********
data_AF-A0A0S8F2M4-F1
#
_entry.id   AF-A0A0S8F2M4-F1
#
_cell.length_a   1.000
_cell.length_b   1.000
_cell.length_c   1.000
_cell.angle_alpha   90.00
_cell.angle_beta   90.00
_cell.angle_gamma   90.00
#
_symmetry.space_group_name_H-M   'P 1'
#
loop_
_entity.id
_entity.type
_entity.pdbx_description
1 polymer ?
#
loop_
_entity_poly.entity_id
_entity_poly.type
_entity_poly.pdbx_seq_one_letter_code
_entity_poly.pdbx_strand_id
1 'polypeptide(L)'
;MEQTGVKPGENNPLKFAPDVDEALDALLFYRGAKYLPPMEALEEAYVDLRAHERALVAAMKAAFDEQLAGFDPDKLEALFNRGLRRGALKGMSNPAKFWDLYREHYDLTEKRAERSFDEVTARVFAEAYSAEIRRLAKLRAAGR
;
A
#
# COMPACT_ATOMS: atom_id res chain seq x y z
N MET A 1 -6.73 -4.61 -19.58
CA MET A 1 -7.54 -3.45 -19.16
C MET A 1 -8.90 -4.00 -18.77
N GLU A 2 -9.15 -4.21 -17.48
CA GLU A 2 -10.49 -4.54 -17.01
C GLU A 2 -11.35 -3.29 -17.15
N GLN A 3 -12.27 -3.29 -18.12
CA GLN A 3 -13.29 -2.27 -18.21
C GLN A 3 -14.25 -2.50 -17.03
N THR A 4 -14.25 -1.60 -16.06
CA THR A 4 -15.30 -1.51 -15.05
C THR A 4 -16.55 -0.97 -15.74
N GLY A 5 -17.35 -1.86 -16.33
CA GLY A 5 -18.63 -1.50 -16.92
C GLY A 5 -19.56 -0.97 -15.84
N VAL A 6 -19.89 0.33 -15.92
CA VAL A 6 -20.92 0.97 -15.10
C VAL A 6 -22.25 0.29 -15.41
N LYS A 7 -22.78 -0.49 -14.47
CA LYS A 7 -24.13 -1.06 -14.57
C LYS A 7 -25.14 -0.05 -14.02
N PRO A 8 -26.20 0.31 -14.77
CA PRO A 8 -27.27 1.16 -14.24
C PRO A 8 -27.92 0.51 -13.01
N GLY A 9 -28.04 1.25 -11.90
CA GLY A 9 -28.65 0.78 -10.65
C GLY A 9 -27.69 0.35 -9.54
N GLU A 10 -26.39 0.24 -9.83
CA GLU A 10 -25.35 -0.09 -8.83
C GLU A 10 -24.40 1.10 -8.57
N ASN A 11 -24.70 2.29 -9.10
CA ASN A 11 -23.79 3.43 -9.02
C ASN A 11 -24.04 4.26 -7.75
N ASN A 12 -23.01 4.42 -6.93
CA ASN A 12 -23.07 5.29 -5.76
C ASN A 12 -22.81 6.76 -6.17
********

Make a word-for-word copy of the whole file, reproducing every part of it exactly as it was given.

data_AF-A0A0S8F2M4-F1
#
_entry.id   AF-A0A0S8F2M4-F1
#
_cell.length_a   1.000
_cell.length_b   1.000
_cell.length_c   1.000
_cell.angle_alpha   90.00
_cell.angle_beta   90.00
_cell.angle_gamma   90.00
#
_symmetry.space_group_name_H-M   'P 1'
#
loop_
_entity.id
_entity.type
_entity.pdbx_description
1 polymer ?
#
loop_
_entity_poly.entity_id
_entity_poly.type
_entity_poly.pdbx_seq_one_letter_code
_entity_poly.pdbx_strand_id
1 'polypeptide(L)'
;MEQTGVKPGENNPLKFAPDVDEALDALLFYRGAKYLPPMEALEEAYVDLRAHERALVAAMKAAFDEQLAGFDPDKLEALFNRGLRRGALKGMSNPAKFWDLYREHYDLTEKRAERSFDEVTARVFAEAYSAEIRRLAKLRAAGR
;
A
#
# COMPACT_ATOMS: atom_id res chain seq x y z
N MET A 1 -6.73 -4.61 -19.58
CA MET A 1 -7.54 -3.45 -19.16
C MET A 1 -8.90 -4.00 -18.77
N GLU A 2 -9.15 -4.21 -17.48
CA GLU A 2 -10.49 -4.54 -17.01
C GLU A 2 -11.35 -3.29 -17.15
N GLN A 3 -12.27 -3.29 -18.12
CA GLN A 3 -13.29 -2.27 -18.21
C GLN A 3 -14.25 -2.50 -17.03
N THR A 4 -14.25 -1.60 -16.06
CA THR A 4 -15.30 -1.51 -15.05
C THR A 4 -16.55 -0.97 -15.74
N GLY A 5 -17.35 -1.86 -16.33
CA GLY A 5 -18.63 -1.50 -16.92
C GLY A 5 -19.56 -0.97 -15.84
N VAL A 6 -19.89 0.33 -15.92
CA VAL A 6 -20.92 0.97 -15.10
C VAL A 6 -22.25 0.29 -15.41
N LYS A 7 -22.78 -0.49 -14.47
CA LYS A 7 -24.13 -1.06 -14.57
C LYS A 7 -25.14 -0.05 -14.02
N PRO A 8 -26.20 0.31 -14.77
CA PRO A 8 -27.27 1.16 -14.24
C PRO A 8 -27.92 0.51 -13.01
N GLY A 9 -28.04 1.25 -11.90
CA GLY A 9 -28.65 0.78 -10.65
C GLY A 9 -27.69 0.35 -9.54
N GLU A 10 -26.39 0.24 -9.83
CA GLU A 10 -25.35 -0.09 -8.83
C GLU A 10 -24.40 1.10 -8.57
N ASN A 11 -24.70 2.29 -9.10
CA ASN A 11 -23.79 3.43 -9.02
C ASN A 11 -24.04 4.26 -7.75
N ASN A 12 -23.01 4.42 -6.93
CA ASN A 12 -23.07 5.29 -5.76
C ASN A 12 -22.81 6.76 -6.17